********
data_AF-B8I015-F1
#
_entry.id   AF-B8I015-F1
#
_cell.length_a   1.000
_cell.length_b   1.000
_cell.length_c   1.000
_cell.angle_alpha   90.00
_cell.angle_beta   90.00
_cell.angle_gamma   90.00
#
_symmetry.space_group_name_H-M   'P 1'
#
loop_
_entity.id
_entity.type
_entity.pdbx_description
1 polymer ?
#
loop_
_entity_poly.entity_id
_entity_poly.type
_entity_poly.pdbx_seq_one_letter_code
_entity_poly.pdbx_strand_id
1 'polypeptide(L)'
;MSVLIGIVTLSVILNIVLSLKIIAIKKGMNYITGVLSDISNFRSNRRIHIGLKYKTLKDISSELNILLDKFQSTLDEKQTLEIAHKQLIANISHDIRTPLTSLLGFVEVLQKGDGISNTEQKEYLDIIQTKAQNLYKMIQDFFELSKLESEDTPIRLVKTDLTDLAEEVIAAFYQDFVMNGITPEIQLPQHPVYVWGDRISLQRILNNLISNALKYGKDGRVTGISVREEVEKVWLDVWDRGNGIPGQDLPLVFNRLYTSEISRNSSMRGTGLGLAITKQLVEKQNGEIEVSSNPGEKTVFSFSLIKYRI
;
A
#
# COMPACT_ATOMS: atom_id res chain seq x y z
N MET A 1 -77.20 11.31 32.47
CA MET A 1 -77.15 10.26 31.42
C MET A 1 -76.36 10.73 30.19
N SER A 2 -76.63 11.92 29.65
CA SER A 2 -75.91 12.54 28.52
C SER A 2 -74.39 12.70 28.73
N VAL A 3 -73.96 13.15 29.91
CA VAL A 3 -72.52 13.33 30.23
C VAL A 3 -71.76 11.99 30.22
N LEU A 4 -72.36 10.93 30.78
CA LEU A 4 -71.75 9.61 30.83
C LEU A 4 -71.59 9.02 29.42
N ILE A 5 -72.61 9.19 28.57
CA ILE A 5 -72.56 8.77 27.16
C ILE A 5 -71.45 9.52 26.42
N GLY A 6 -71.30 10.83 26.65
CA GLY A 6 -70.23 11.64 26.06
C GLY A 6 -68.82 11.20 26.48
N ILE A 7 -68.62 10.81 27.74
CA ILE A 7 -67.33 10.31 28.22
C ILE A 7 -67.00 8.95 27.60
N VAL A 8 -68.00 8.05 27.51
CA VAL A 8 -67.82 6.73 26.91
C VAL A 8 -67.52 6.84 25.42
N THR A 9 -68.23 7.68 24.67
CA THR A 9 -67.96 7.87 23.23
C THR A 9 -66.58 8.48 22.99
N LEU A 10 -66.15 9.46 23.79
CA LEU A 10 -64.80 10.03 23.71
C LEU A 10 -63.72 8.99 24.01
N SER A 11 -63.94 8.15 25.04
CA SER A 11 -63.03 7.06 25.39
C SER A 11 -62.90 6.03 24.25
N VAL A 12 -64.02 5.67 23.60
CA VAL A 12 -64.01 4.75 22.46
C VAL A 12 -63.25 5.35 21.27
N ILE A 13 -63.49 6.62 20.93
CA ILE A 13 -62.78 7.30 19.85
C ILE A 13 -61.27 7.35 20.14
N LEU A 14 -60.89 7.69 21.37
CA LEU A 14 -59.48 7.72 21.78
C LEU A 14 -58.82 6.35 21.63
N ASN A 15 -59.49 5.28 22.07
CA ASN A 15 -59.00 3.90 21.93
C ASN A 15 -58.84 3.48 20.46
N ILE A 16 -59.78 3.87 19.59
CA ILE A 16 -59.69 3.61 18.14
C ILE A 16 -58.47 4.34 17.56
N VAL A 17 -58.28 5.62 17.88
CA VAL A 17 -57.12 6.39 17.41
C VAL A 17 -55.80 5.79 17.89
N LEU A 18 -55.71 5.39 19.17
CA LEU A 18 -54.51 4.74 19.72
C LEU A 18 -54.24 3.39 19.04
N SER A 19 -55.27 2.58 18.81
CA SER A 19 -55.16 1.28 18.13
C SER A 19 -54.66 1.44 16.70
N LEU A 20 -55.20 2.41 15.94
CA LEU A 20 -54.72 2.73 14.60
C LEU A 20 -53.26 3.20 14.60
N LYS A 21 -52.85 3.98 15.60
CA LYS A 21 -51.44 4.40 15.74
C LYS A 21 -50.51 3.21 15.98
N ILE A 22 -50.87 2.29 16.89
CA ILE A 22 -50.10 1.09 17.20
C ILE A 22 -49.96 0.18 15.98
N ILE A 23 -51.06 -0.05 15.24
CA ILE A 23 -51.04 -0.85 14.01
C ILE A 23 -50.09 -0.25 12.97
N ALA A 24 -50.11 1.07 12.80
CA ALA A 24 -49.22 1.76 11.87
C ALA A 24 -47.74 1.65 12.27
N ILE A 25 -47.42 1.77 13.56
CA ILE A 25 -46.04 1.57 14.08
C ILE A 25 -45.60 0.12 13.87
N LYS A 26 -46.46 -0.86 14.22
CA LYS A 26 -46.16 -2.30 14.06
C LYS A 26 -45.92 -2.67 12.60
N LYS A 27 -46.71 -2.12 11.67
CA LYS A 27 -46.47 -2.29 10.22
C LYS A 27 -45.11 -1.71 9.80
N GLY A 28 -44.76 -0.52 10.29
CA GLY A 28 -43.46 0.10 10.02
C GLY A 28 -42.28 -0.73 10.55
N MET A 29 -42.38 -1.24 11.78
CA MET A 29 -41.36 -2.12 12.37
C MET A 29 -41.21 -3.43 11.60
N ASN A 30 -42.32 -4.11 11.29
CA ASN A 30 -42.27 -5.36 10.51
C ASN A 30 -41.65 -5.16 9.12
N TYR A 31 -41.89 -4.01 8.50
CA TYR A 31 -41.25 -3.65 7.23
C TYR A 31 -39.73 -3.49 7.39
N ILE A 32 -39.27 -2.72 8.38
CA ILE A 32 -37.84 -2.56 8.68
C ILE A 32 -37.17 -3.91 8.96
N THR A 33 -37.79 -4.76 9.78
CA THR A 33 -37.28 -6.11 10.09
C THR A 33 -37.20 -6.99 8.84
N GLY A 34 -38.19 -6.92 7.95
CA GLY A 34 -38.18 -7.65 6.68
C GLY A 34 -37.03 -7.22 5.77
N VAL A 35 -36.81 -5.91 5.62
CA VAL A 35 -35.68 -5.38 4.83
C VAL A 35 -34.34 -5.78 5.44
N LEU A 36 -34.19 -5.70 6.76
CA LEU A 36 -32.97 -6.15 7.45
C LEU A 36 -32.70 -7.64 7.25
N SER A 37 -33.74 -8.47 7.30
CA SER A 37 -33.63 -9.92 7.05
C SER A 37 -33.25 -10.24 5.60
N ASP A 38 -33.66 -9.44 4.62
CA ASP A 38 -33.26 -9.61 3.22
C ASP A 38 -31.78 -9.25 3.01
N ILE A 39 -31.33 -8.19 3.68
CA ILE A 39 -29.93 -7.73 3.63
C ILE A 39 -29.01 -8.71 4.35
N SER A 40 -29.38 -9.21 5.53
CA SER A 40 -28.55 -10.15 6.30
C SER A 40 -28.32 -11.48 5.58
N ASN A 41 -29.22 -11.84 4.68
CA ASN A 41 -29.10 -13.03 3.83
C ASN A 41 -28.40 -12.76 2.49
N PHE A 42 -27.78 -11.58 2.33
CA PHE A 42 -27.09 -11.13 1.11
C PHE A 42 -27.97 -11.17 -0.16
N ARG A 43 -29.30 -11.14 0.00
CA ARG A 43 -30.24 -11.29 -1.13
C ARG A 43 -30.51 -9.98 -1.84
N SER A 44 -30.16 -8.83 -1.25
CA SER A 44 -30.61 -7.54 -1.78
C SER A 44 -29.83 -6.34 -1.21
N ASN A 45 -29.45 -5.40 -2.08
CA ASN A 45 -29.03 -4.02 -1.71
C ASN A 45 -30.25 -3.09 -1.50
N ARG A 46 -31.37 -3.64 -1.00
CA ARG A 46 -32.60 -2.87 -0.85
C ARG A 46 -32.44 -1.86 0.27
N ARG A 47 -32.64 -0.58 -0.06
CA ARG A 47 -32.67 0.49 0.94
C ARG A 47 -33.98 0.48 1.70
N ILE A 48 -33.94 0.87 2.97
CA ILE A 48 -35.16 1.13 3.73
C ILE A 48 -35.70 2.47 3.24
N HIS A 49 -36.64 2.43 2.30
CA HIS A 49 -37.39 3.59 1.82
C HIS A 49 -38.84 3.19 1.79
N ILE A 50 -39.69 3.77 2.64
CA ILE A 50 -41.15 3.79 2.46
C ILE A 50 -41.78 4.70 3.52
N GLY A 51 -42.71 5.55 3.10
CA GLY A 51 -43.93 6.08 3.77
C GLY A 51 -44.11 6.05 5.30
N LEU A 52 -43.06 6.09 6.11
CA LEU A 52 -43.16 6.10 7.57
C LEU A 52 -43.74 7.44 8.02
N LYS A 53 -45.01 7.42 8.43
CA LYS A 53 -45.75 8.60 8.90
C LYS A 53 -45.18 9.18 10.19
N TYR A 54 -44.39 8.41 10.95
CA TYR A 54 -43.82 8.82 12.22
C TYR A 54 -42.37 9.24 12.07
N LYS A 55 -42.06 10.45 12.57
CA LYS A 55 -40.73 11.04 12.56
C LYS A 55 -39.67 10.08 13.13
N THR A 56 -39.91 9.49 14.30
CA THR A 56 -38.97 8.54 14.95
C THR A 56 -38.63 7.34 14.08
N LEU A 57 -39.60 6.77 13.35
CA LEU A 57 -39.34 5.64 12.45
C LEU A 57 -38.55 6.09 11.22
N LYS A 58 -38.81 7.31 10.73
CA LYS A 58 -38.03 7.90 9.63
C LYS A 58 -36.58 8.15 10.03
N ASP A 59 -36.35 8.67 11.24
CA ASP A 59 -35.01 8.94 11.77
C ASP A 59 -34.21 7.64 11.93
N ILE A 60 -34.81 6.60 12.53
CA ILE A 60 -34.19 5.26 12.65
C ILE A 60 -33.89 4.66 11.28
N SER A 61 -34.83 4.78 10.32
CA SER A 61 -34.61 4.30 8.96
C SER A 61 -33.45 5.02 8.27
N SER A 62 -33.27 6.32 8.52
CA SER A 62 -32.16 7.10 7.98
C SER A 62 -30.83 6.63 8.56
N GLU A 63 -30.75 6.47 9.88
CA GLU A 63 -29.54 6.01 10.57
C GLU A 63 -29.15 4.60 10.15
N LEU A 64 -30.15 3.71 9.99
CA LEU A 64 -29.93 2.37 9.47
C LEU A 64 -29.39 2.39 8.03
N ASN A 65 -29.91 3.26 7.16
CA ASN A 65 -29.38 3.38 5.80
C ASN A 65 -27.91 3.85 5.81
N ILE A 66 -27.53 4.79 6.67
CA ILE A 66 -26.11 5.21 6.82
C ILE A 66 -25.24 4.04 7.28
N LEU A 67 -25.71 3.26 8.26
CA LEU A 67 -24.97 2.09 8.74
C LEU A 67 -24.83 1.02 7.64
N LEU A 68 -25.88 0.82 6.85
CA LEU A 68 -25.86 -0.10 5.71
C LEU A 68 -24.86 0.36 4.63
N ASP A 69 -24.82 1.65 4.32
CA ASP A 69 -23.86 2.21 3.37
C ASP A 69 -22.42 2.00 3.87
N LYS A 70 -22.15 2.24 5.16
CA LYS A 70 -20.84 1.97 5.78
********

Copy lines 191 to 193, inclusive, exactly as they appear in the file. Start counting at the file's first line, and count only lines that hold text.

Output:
CA TYR A 54 -43.82 8.82 12.22
C TYR A 54 -42.37 9.24 12.07
N LYS A 55 -42.06 10.45 12.57